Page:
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Ability to Create a stand-alone module.

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In the Canvas Community Ideas space, you can share, converse, and rate idea conversations related to software improvements to Canvas products.

Ability to Create a stand-alone module.

I would like to be able to create stand-alone modules.  That is, a module that does not link to the other modules via the Next button. Currently, if I have three modules, X, Y and Z,  each with five items, a user starts at module X, pages through the five items to the end of the module and gets a “Next” button which takes the user on to the next module Y, and cascades through all the modules in the course.  I want the user in module X to come to an endpoint at the last item in the X module.

I envision this to have the option to modify the “Next” button for the last item in a module.  The options would be select able and might include: “Next” what we have now and would remain the default; “Go to homepage’” and;  Go to a Canvas object (file or page, etc.) of my choosing using the right side content menu to link to the location.

I have many instances where I do not want users to go on to the next module because they have been directed to complete X module, not Y orZ.   I do not want to hide Y or X because other users may be directed to go to either Y module or Z module but not the others.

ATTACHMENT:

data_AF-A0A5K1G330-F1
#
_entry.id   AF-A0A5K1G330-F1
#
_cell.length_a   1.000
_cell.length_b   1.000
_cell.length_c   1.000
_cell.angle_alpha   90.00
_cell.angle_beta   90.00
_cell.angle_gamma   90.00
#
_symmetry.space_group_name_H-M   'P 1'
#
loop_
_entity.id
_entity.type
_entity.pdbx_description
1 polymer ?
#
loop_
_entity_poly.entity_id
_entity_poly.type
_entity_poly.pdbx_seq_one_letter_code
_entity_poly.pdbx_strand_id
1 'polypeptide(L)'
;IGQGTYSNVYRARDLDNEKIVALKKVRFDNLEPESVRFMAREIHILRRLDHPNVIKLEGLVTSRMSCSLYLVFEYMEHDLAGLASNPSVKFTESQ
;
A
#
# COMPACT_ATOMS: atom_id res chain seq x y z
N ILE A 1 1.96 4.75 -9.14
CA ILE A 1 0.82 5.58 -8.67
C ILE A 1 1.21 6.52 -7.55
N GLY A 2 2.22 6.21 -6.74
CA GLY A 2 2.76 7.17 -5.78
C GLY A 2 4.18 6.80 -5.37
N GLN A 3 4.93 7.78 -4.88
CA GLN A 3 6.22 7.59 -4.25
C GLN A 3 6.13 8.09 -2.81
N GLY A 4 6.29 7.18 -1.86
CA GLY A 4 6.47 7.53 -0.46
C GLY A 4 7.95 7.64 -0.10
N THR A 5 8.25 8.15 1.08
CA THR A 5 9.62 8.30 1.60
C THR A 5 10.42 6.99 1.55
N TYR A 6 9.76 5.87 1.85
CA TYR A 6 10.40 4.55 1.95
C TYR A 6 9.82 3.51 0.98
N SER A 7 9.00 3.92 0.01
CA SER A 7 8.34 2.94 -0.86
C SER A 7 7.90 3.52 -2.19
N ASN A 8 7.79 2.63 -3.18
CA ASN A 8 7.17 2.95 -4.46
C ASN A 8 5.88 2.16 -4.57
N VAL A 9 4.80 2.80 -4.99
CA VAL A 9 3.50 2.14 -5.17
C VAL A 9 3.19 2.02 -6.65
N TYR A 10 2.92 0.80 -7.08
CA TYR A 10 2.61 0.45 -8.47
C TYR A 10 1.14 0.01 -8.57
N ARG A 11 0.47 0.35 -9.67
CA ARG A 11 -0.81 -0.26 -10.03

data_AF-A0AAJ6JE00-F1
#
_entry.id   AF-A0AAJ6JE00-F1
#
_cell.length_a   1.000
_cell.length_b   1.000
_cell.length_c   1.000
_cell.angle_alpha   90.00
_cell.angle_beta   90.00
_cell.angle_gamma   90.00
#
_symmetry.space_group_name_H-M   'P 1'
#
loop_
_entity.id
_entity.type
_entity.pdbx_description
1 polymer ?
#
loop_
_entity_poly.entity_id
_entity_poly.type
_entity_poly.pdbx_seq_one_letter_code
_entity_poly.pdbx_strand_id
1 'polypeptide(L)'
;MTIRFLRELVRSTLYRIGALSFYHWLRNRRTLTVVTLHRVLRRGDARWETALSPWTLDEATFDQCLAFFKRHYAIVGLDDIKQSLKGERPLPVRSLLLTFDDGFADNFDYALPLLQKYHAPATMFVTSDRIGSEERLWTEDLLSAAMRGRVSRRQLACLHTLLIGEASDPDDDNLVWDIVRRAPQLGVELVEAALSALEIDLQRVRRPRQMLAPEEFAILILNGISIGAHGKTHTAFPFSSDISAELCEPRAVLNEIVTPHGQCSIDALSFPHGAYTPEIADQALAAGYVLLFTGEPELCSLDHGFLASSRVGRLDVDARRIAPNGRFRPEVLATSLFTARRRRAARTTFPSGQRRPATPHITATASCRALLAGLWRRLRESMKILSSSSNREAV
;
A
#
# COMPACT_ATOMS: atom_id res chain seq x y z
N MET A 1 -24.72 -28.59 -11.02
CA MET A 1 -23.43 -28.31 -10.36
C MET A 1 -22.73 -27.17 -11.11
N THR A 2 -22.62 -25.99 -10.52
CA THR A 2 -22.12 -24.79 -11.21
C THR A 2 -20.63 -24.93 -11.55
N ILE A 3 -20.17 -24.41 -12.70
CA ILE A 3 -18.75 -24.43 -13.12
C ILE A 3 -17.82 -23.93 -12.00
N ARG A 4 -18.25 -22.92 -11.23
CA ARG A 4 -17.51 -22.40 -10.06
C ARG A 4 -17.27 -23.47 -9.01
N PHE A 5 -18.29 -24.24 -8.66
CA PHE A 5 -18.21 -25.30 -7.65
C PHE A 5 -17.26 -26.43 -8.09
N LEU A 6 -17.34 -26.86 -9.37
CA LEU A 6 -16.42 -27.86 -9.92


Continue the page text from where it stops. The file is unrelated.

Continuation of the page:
3 Comments
Learner II

Hi mnieckoski

You might be able to take advantage of the tricks described in https://community.canvaslms.com/people/kona@richland.edu/blog/2017/03/29/hacking-masterypaths developed by kona@richland.edu‌.

Let me know if this works for you!

Learner II

Hi kelley.meeusen@cptc.edu,

I will have to check this out...but not sure some of my staff feel as comfortable anytime the words "hacking" are involved. But I will check it out. Maybe it's doable. Thanks for sharing. 

Learner II

Download her procedure, copy it to a Word doc, and delete the word "Hacking". It's just a term some folks use to describe using a feature

 in a manner not originally intended, or extending what is considered its normal functionality.